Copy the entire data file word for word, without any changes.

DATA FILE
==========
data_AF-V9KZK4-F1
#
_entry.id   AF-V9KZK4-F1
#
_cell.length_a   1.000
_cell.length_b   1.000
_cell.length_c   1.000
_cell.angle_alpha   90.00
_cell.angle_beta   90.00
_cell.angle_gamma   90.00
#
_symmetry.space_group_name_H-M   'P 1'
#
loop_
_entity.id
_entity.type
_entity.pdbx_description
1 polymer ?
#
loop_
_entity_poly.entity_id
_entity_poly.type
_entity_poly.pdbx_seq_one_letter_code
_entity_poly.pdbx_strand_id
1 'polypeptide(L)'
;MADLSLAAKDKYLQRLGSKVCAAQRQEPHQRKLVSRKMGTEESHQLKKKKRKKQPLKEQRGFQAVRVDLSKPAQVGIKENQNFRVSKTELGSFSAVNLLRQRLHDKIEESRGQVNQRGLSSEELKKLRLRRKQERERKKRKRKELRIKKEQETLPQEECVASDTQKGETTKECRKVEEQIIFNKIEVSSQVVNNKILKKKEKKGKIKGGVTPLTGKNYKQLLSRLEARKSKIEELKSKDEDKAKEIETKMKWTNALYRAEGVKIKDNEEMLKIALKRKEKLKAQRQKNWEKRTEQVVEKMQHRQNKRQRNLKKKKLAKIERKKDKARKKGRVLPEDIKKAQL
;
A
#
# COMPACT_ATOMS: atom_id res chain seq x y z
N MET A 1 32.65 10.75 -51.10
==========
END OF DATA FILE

data_AF-V9KZK4-F1
#
_entry.id   AF-V9KZK4-F1
#
_cell.length_a   1.000
_cell.length_b   1.000
_cell.length_c   1.000
_cell.angle_alpha   90.00
_cell.angle_beta   90.00
_cell.angle_gamma   90.00
#
_symmetry.space_group_name_H-M   'P 1'
#
loop_
_entity.id
_entity.type
_entity.pdbx_description
1 polymer ?
#
loop_
_entity_poly.entity_id
_entity_poly.type
_entity_poly.pdbx_seq_one_letter_code
_entity_poly.pdbx_strand_id
1 'polypeptide(L)'
;MADLSLAAKDKYLQRLGSKVCAAQRQEPHQRKLVSRKMGTEESHQLKKKKRKKQPLKEQRGFQAVRVDLSKPAQVGIKENQNFRVSKTELGSFSAVNLLRQRLHDKIEESRGQVNQRGLSSEELKKLRLRRKQERERKKRKRKELRIKKEQETLPQEECVASDTQKGETTKECRKVEEQIIFNKIEVSSQVVNNKILKKKEKKGKIKGGVTPLTGKNYKQLLSRLEARKSKIEELKSKDEDKAKEIETKMKWTNALYRAEGVKIKDNEEMLKIALKRKEKLKAQRQKNWEKRTEQVVEKMQHRQNKRQRNLKKKKLAKIERKKDKARKKGRVLPEDIKKAQL
;
A
#
# COMPACT_ATOMS: atom_id res chain seq x y z
N MET A 1 32.65 10.75 -51.10